In the midst of research, teaching, coursework, and a personal life, Bikash Bogati found that volunteering in the Knoxville community created a calmness in his life.
Karen Lloyd delivered a conference keynote address remotely—from her laptop, with her six-year-old daughter, Mary Jon, perched on her knees.
A UT microbiologist has received a portion of a $3.1 million grant from the US Department of Energy to study how global warming could affect peatlands and their vast carbon stores in the future.
As permafrost thaws, microbes break down the newly available carbon in the soil, possibly resulting in a flux of greenhouse gases to the atmosphere.
Microbial communities living in deep aquatic sediments have adapted to survive on degraded organic matter, according to a study coauthored by UT professors.
By acting as gatekeepers, microbes can affect geological processes that move carbon from the earth’s surface into its deep interior, according to a study published in Nature and coauthored by microbiologists at UT.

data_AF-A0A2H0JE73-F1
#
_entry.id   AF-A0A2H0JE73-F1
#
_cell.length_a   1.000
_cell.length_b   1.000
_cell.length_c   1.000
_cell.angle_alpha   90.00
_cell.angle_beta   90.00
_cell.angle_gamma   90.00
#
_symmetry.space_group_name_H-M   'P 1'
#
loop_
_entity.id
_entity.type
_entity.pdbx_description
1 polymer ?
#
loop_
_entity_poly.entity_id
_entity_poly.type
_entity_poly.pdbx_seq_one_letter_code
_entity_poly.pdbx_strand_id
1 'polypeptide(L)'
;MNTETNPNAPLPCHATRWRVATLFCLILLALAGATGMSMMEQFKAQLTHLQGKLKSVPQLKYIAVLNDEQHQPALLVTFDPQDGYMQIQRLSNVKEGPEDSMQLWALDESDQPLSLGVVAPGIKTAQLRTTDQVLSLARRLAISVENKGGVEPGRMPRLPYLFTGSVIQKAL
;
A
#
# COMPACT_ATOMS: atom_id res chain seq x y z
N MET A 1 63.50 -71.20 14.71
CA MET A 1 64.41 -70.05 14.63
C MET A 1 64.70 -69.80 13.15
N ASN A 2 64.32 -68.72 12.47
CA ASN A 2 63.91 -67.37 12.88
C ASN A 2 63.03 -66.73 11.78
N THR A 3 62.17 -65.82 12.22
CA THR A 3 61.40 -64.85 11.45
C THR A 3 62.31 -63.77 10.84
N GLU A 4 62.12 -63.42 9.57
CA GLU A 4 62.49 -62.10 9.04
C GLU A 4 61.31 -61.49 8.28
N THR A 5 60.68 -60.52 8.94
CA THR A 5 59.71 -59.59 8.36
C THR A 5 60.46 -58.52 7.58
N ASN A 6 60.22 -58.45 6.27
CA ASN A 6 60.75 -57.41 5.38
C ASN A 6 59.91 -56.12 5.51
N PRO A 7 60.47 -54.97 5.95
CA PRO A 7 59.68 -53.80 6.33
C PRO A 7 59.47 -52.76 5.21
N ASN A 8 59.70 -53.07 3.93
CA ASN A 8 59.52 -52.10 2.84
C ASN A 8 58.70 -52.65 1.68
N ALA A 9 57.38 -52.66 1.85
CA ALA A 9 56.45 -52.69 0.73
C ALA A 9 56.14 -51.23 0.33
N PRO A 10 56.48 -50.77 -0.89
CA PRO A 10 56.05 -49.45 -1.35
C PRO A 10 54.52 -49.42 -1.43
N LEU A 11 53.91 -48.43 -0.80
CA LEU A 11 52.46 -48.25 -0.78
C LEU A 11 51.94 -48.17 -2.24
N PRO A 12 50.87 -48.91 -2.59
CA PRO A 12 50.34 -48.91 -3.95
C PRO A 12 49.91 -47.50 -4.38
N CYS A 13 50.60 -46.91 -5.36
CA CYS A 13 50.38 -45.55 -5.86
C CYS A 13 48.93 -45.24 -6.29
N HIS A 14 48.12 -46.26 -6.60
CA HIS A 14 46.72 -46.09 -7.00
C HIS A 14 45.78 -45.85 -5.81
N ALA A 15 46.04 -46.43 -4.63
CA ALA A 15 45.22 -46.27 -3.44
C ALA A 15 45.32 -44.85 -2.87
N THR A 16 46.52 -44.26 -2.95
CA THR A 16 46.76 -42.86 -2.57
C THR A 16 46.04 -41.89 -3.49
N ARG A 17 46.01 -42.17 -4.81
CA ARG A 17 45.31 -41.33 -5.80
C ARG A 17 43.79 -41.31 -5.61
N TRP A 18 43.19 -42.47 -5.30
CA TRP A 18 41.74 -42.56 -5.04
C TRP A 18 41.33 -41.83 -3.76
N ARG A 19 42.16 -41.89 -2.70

Marine microbes are uniquely responsible for carrying out processes that are essential for all of earth’s biogeochemical cycles, including many that play a role in climate change.
Microorganisms living underneath the surface of the earth have a total carbon mass of 15 to 23 billion tons, hundreds of times more than that of humans, according to findings announced by the Deep Carbon Observatory and coauthored by UT Professor of Microbiology Karen Lloyd.
The National Science Foundation announced support for a variety of studies aimed at understanding Earth’s biodiversity, including a project led by UT’s Frank Loeffler.
Research led by Karen Lloyd says that uncultured microbes could be dominating nearly all the environments on earth except for the human body.
Microbiology professor Steven W. Wilhelm’s Science Philanthropy Alliance article from June 2017 was referenced in a recent New York Times article about viruses.
Microbiology graduate research assistant Karissa Cross spoke with Knoxville News Sentinel about her work with the D. Oralis bacteria cultivated at Oak Ridge National Laboratory.